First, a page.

Only 25% of Wal-Mart’s revenue currently come from outside the United States–a plus in view of my projection of an earnings recession in the first three quarters of 2019 driven largely by slowing growth in economies other than the United States. And especially in China and Europe. In this environment I like Wal-Mart’s recent earnings beat and what that portends for the stability of Wal-Mart earnings and revenue during a period when stability has stock price value.
And I like the recent catalysts to Wal-Mart’s revenue and earnings: After years when eCommerce was the company’s big problem, especially vis-a-vis Amazon (AMZNWealth Strength IndexAAPL is Extremely Up and trending Up), e-Commerce has now turned into a relative strength. The other catalyst is the revenue growth that comes from the company’s fresh produce offerings, now about 60% of revenue. That fresh produce clout is tough for competitors to match given Wal-Mart’s huge distribution network and market size.
You can see much of this in the company’s report of earnings for the fiscal fourth quarter of 2019 ending in January 2019 of earnings of $1.41 a share ($0.08 a share above Wall Street estimates) and of revenue of $137.74 billion, up 1.9% year over year and ahead of the Wall Street consensus of $137.6 billion. The company reported that comparable store sales grew 4.2% in the fourth quarter (vs estimates of 3.2%) and that U.S. eCommerce sales increased 43% year over year.For the full 2020 fiscal year, which began this February, the company said it sees earnings per share falling by low-double digits from the fiscal 2019 earnings of $4.91 (the Wall Street consensus is $4.71 for fiscal 2020) The company also said that it expects sales growth of at least 3% in constant currency terms. U.S. eCommerce sales are projected to grow by 35%.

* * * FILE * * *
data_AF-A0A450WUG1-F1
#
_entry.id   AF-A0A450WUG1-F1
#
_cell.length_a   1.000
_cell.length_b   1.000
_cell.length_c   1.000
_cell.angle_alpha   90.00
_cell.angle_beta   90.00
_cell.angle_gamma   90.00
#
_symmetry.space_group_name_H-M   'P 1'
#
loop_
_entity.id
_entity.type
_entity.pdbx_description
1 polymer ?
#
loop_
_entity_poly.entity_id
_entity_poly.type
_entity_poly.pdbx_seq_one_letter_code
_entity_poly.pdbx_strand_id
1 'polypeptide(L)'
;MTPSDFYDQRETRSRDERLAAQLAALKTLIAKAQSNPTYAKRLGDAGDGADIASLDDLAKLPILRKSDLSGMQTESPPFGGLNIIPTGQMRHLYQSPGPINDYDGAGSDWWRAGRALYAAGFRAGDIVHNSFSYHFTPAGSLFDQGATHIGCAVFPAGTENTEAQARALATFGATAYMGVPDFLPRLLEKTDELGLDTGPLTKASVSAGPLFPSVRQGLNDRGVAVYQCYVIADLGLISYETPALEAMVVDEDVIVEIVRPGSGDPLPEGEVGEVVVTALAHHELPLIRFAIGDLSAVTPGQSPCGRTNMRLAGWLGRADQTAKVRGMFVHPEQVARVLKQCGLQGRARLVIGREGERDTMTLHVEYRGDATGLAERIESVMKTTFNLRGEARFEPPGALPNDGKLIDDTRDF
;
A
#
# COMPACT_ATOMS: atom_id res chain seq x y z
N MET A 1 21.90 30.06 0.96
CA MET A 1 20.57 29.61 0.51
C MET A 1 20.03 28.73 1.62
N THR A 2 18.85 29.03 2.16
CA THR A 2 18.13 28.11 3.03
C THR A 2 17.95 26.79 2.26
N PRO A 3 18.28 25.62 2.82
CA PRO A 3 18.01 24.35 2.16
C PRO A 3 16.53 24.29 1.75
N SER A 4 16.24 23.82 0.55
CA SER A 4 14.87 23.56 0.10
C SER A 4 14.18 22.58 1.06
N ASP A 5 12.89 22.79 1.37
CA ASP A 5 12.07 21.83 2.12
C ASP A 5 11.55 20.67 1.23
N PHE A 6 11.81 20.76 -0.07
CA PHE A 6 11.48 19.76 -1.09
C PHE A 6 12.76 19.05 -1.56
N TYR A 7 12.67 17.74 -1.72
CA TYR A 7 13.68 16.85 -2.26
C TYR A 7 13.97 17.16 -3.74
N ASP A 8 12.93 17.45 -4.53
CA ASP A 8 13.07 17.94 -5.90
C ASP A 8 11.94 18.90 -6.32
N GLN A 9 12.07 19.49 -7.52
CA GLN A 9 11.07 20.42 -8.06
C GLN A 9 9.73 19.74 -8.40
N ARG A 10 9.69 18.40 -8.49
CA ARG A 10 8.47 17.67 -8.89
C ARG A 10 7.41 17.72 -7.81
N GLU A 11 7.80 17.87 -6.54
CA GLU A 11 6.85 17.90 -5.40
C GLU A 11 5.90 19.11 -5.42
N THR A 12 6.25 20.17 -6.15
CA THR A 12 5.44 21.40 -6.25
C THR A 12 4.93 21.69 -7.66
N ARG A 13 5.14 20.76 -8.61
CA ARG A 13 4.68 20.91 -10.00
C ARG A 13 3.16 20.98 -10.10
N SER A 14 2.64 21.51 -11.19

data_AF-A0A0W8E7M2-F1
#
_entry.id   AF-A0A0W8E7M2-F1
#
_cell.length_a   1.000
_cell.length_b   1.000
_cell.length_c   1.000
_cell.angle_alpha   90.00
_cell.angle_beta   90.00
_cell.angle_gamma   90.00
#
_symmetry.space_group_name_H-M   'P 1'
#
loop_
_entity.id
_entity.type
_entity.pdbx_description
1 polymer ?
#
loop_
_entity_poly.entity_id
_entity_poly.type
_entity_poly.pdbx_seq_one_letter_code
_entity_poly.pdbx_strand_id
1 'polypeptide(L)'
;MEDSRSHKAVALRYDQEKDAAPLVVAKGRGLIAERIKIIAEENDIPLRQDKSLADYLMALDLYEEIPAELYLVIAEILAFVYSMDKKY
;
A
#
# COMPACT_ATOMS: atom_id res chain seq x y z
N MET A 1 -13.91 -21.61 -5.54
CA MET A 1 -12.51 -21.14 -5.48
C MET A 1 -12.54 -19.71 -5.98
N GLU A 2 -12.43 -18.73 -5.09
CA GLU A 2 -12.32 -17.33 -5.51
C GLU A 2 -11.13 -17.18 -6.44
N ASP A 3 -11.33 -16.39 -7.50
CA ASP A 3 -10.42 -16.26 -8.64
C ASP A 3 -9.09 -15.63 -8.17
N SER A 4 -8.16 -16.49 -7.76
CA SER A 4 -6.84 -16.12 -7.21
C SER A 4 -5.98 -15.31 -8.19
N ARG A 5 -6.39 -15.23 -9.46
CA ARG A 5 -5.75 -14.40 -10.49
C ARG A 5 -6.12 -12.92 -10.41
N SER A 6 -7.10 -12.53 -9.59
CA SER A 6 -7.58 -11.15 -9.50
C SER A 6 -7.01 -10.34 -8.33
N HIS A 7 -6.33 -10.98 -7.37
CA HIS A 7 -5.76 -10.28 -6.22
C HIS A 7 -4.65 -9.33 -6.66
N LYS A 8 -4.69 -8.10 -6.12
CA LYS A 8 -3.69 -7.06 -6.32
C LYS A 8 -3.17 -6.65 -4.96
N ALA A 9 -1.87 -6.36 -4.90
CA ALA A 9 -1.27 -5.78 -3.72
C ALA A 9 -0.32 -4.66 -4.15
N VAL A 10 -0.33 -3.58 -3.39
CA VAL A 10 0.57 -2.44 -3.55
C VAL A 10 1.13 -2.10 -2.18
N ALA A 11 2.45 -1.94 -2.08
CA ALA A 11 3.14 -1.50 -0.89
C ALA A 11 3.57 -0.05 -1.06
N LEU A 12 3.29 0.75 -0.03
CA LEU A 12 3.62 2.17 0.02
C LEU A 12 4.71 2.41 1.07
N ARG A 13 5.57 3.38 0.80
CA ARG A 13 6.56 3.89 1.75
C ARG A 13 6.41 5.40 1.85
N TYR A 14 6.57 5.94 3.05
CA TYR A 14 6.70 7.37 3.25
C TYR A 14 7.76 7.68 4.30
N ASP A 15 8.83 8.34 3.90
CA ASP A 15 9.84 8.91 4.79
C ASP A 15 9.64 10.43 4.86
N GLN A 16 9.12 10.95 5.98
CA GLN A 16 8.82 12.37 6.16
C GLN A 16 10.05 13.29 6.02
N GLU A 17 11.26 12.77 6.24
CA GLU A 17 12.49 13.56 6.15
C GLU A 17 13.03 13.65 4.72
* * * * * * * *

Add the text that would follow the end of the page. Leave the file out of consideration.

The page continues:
The company also ticked its dividend higher by about 2% to $2.12 a share, up from $2.08 a share. Wal-Mart now sports a forward yield of 2.14%.
The trading 12-month price to earnings ratio looks expensive at 43, but the forward projected price to earnings ratio is a more modest 20 times.
The eCommerce reversal of fortunes has taken Walmart a lot of effort.in 2016 Wal-Mart bought Jet.com for $3 billion to up its digital game. In 2018 it bought 77% of India’s Flipkart. The company also owns about 10% of China’s eCommerce and logistics company JDWealth Strength IndexAAPL is Extremely Up and trending Up.com. And Wal-Mart is clearly not done. It bought Aspectiva, an Israeli-based start-up in artificial intelligence and natural language processing this week.
I’d add a third arrow to Wal-Mart’s quiver besides eCommerce momentum and the fresh produce effort that drives store traffic. That’s a very early effort to move into digital and real world advertising. If you’ve got Wal-Mart’s size and traffic, you’d figure companies like Procter & Gamble (PG) might be willing to spend on in store ads and digital displays.
Wal-Mart shares closed at $98.11 on February 27. I’m adding them to Jubak Picks with a target price of $110. Wal-Mart next reports earnings on May 16.